Want to see the consequences of growth? Drive Highway 50 to Dayton. Drive Highway 395 through Carson City. Drive the Spaghetti Bowl in Reno. Drive pretty much anywhere in Las Vegas.
If you're careful and lucky, you'll get through without an accident. But during many times of the day, you won't get through very quickly or smoothly.
The Nevada Department of Transportation is holding meetings now to get ideas on what to do with Highway 50 through Lyon, the fastest-growing county (by percentage) in the state. We have no doubt NDOT representatives will get an earful about the dangers that exist today on the overloaded highway.
The tendency will be to blame NDOT for moving too slowly. Its report won't even be done by 2007.
What's really happened, however, is development has been allowed to occur far too rapidly for the highway system to handle it. That's not just the case in Lyon County but too many places in Nevada, as the examples above illustrate.
Although we're looking forward to driving on Carson City's new bypass this winter, the whole route won't be open until 2010. That's more than a decade after Douglas County was the fastest-growing county in the state.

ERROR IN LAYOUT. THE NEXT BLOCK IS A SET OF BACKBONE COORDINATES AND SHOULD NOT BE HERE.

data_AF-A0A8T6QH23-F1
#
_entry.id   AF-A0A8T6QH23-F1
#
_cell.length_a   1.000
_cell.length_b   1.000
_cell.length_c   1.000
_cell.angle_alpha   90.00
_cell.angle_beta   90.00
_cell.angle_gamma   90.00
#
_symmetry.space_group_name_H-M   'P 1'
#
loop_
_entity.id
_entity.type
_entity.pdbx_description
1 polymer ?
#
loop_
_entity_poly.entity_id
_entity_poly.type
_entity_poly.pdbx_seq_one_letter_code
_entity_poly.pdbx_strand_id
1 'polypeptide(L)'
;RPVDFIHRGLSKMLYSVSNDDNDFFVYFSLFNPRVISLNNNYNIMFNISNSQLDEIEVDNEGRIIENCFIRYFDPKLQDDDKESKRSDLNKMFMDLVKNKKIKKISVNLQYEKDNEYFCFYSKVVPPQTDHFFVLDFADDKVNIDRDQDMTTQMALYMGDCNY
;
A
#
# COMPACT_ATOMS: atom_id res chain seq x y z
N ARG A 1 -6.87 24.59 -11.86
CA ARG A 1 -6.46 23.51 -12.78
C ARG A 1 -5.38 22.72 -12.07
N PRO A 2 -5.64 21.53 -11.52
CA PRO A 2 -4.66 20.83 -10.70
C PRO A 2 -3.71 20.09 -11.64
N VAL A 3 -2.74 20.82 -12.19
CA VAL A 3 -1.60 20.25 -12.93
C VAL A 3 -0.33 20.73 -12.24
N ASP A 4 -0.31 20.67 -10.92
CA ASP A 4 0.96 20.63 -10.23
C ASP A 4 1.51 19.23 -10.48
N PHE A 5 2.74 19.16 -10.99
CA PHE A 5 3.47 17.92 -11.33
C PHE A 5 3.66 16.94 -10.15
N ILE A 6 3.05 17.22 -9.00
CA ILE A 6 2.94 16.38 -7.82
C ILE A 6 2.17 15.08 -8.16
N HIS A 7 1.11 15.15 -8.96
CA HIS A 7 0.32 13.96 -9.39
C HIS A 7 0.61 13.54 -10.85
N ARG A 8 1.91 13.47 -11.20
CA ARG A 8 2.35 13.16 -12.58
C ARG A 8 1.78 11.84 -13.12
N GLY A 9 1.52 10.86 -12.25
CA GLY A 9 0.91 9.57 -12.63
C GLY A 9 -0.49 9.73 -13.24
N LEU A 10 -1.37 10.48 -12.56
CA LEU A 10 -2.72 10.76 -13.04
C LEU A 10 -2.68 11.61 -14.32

The opening of the first half, from Lakeview Hill to Highway 50, essentially means Lyon County residents will have a straighter shot to South Reno - through the bottleneck that is Pleasant Valley. It'll be another three years before Interstate 580 makes the whole thing a freeway.
We learned last week that NDOT could be $2.4 billion short in its road-construction and maintenance budget between 2008 and 2014. Gov. Kenny Guinn has floated the possibility of an increase in the state gas tax.
Does that sound like growth is paying for itself? Or does that sound like local officials are being shortsighted in the true cost - in quality of life, as well as the pocketbook - of rapid development.
Put on the brakes, before we run into each other.